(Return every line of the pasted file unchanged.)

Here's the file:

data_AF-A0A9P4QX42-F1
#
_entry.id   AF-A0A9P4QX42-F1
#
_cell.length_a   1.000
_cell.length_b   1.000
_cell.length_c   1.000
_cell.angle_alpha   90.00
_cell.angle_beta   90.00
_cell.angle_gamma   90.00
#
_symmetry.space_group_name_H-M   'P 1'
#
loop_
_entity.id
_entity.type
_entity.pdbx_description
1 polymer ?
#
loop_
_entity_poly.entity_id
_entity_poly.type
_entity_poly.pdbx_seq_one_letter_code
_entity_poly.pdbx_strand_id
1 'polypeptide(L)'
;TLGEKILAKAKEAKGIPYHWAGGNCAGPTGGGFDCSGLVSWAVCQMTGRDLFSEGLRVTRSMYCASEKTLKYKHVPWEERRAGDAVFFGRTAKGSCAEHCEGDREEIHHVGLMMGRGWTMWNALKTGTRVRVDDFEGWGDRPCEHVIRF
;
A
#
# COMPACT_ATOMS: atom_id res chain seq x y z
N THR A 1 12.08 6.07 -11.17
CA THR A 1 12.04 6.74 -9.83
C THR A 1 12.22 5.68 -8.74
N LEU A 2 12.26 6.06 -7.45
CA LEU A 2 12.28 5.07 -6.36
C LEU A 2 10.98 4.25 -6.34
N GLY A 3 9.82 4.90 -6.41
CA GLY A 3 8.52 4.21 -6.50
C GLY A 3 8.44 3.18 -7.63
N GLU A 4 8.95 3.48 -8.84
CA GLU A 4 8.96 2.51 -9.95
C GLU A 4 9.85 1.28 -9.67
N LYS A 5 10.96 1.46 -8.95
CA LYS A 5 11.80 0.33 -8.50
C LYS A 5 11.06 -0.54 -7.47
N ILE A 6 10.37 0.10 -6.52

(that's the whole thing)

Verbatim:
data_AF-A0A9P4QX42-F1
#
_entry.id   AF-A0A9P4QX42-F1
#
_cell.length_a   1.000
_cell.length_b   1.000
_cell.length_c   1.000
_cell.angle_alpha   90.00
_cell.angle_beta   90.00
_cell.angle_gamma   90.00
#
_symmetry.space_group_name_H-M   'P 1'
#
loop_
_entity.id
_entity.type
_entity.pdbx_description
1 polymer ?
#
loop_
_entity_poly.entity_id
_entity_poly.type
_entity_poly.pdbx_seq_one_letter_code
_entity_poly.pdbx_strand_id
1 'polypeptide(L)'
;TLGEKILAKAKEAKGIPYHWAGGNCAGPTGGGFDCSGLVSWAVCQMTGRDLFSEGLRVTRSMYCASEKTLKYKHVPWEERRAGDAVFFGRTAKGSCAEHCEGDREEIHHVGLMMGRGWTMWNALKTGTRVRVDDFEGWGDRPCEHVIRF
;
A
#
# COMPACT_ATOMS: atom_id res chain seq x y z
N THR A 1 12.08 6.07 -11.17
CA THR A 1 12.04 6.74 -9.83
C THR A 1 12.22 5.68 -8.74
N LEU A 2 12.26 6.06 -7.45
CA LEU A 2 12.28 5.07 -6.36
C LEU A 2 10.98 4.25 -6.34
N GLY A 3 9.82 4.90 -6.41
CA GLY A 3 8.52 4.21 -6.50
C GLY A 3 8.44 3.18 -7.63
N GLU A 4 8.95 3.48 -8.84
CA GLU A 4 8.96 2.51 -9.95
C GLU A 4 9.85 1.28 -9.67
N LYS A 5 10.96 1.46 -8.95
CA LYS A 5 11.80 0.33 -8.50
C LYS A 5 11.06 -0.54 -7.47
N ILE A 6 10.37 0.10 -6.52